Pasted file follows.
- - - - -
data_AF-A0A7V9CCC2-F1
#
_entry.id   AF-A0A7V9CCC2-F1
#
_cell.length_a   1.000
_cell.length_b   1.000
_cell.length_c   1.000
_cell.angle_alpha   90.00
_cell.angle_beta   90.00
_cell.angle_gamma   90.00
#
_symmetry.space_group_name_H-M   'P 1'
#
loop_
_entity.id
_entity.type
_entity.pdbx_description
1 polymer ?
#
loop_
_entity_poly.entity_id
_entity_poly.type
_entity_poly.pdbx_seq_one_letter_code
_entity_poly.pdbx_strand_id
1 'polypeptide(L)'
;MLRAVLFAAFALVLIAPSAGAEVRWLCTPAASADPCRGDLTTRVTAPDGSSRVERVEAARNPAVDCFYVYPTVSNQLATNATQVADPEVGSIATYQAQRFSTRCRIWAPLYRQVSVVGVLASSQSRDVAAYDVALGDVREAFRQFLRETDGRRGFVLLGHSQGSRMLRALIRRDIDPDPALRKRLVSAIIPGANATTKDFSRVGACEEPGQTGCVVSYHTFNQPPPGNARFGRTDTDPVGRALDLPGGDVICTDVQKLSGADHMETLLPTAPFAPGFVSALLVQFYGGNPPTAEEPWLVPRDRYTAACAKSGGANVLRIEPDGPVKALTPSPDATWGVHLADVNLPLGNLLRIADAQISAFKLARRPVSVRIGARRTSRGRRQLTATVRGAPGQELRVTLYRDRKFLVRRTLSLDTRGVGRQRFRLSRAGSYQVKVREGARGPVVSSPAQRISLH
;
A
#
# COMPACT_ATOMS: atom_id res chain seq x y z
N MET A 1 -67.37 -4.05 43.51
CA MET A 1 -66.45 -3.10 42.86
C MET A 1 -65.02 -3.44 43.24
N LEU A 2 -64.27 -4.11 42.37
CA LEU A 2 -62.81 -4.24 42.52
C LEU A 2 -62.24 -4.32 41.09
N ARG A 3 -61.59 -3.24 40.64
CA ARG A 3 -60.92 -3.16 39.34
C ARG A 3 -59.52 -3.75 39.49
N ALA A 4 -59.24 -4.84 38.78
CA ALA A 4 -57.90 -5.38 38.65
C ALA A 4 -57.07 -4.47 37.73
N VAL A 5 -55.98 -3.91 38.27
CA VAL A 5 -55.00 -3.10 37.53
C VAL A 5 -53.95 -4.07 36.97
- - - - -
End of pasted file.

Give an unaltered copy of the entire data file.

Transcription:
data_AF-A0A7V9CCC2-F1
#
_entry.id   AF-A0A7V9CCC2-F1
#
_cell.length_a   1.000
_cell.length_b   1.000
_cell.length_c   1.000
_cell.angle_alpha   90.00
_cell.angle_beta   90.00
_cell.angle_gamma   90.00
#
_symmetry.space_group_name_H-M   'P 1'
#
loop_
_entity.id
_entity.type
_entity.pdbx_description
1 polymer ?
#
loop_
_entity_poly.entity_id
_entity_poly.type
_entity_poly.pdbx_seq_one_letter_code
_entity_poly.pdbx_strand_id
1 'polypeptide(L)'
;MLRAVLFAAFALVLIAPSAGAEVRWLCTPAASADPCRGDLTTRVTAPDGSSRVERVEAARNPAVDCFYVYPTVSNQLATNATQVADPEVGSIATYQAQRFSTRCRIWAPLYRQVSVVGVLASSQSRDVAAYDVALGDVREAFRQFLRETDGRRGFVLLGHSQGSRMLRALIRRDIDPDPALRKRLVSAIIPGANATTKDFSRVGACEEPGQTGCVVSYHTFNQPPPGNARFGRTDTDPVGRALDLPGGDVICTDVQKLSGADHMETLLPTAPFAPGFVSALLVQFYGGNPPTAEEPWLVPRDRYTAACAKSGGANVLRIEPDGPVKALTPSPDATWGVHLADVNLPLGNLLRIADAQISAFKLARRPVSVRIGARRTSRGRRQLTATVRGAPGQELRVTLYRDRKFLVRRTLSLDTRGVGRQRFRLSRAGSYQVKVREGARGPVVSSPAQRISLH
;
A
#
# COMPACT_ATOMS: atom_id res chain seq x y z
N MET A 1 -67.37 -4.05 43.51
CA MET A 1 -66.45 -3.10 42.86
C MET A 1 -65.02 -3.44 43.24
N LEU A 2 -64.27 -4.11 42.37
CA LEU A 2 -62.81 -4.24 42.52
C LEU A 2 -62.24 -4.32 41.09
N ARG A 3 -61.59 -3.24 40.64
CA ARG A 3 -60.92 -3.16 39.34
C ARG A 3 -59.52 -3.75 39.49
N ALA A 4 -59.24 -4.84 38.78
CA ALA A 4 -57.90 -5.38 38.65
C ALA A 4 -57.07 -4.47 37.73
N VAL A 5 -55.98 -3.91 38.27
CA VAL A 5 -55.00 -3.10 37.53
C VAL A 5 -53.95 -4.07 36.97